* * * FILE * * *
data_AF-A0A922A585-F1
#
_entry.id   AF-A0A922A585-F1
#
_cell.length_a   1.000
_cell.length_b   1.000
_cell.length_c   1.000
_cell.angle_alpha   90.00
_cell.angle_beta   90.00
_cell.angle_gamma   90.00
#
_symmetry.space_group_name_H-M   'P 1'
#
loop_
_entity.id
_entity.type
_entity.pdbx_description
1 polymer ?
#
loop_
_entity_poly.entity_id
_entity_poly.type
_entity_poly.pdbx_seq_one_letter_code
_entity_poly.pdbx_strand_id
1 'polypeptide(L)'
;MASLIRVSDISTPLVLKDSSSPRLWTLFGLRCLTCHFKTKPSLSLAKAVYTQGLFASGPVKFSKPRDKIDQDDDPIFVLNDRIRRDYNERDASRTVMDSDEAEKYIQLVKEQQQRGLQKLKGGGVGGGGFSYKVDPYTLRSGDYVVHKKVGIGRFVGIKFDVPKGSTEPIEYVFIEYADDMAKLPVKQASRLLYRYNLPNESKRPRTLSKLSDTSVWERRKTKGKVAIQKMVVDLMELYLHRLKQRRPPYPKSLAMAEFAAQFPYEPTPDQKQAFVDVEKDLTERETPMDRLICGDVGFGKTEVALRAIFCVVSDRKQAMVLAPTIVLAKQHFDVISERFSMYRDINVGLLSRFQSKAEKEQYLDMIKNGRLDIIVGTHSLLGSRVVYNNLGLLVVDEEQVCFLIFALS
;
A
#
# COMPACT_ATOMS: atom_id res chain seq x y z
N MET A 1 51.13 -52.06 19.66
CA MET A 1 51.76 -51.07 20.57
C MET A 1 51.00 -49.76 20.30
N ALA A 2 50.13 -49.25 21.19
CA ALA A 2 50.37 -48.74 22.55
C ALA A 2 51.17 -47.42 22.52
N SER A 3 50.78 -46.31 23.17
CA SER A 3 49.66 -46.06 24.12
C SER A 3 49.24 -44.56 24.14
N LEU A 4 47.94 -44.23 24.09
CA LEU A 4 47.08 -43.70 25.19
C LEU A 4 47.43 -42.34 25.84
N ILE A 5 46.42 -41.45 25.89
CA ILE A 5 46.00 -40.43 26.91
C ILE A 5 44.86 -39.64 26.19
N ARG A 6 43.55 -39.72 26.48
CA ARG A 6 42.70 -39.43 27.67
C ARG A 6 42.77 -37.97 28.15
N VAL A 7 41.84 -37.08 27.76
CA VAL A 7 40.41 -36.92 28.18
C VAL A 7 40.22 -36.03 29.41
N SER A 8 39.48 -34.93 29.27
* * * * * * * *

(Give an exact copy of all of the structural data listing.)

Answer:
data_AF-A0A922A585-F1
#
_entry.id   AF-A0A922A585-F1
#
_cell.length_a   1.000
_cell.length_b   1.000
_cell.length_c   1.000
_cell.angle_alpha   90.00
_cell.angle_beta   90.00
_cell.angle_gamma   90.00
#
_symmetry.space_group_name_H-M   'P 1'
#
loop_
_entity.id
_entity.type
_entity.pdbx_description
1 polymer ?
#
loop_
_entity_poly.entity_id
_entity_poly.type
_entity_poly.pdbx_seq_one_letter_code
_entity_poly.pdbx_strand_id
1 'polypeptide(L)'
;MASLIRVSDISTPLVLKDSSSPRLWTLFGLRCLTCHFKTKPSLSLAKAVYTQGLFASGPVKFSKPRDKIDQDDDPIFVLNDRIRRDYNERDASRTVMDSDEAEKYIQLVKEQQQRGLQKLKGGGVGGGGFSYKVDPYTLRSGDYVVHKKVGIGRFVGIKFDVPKGSTEPIEYVFIEYADDMAKLPVKQASRLLYRYNLPNESKRPRTLSKLSDTSVWERRKTKGKVAIQKMVVDLMELYLHRLKQRRPPYPKSLAMAEFAAQFPYEPTPDQKQAFVDVEKDLTERETPMDRLICGDVGFGKTEVALRAIFCVVSDRKQAMVLAPTIVLAKQHFDVISERFSMYRDINVGLLSRFQSKAEKEQYLDMIKNGRLDIIVGTHSLLGSRVVYNNLGLLVVDEEQVCFLIFALS
;
A
#
# COMPACT_ATOMS: atom_id res chain seq x y z
N MET A 1 51.13 -52.06 19.66
CA MET A 1 51.76 -51.07 20.57
C MET A 1 51.00 -49.76 20.30
N ALA A 2 50.13 -49.25 21.19
CA ALA A 2 50.37 -48.74 22.55
C ALA A 2 51.17 -47.42 22.52
N SER A 3 50.78 -46.31 23.17
CA SER A 3 49.66 -46.06 24.12
C SER A 3 49.24 -44.56 24.14
N LEU A 4 47.94 -44.23 24.09
CA LEU A 4 47.08 -43.70 25.19
C LEU A 4 47.43 -42.34 25.84
N ILE A 5 46.42 -41.45 25.89
CA ILE A 5 46.00 -40.43 26.91
C ILE A 5 44.86 -39.64 26.19
N ARG A 6 43.55 -39.72 26.48
CA ARG A 6 42.70 -39.43 27.67
C ARG A 6 42.77 -37.97 28.15
N VAL A 7 41.84 -37.08 27.76
CA VAL A 7 40.41 -36.92 28.18
C VAL A 7 40.22 -36.03 29.41
N SER A 8 39.48 -34.93 29.27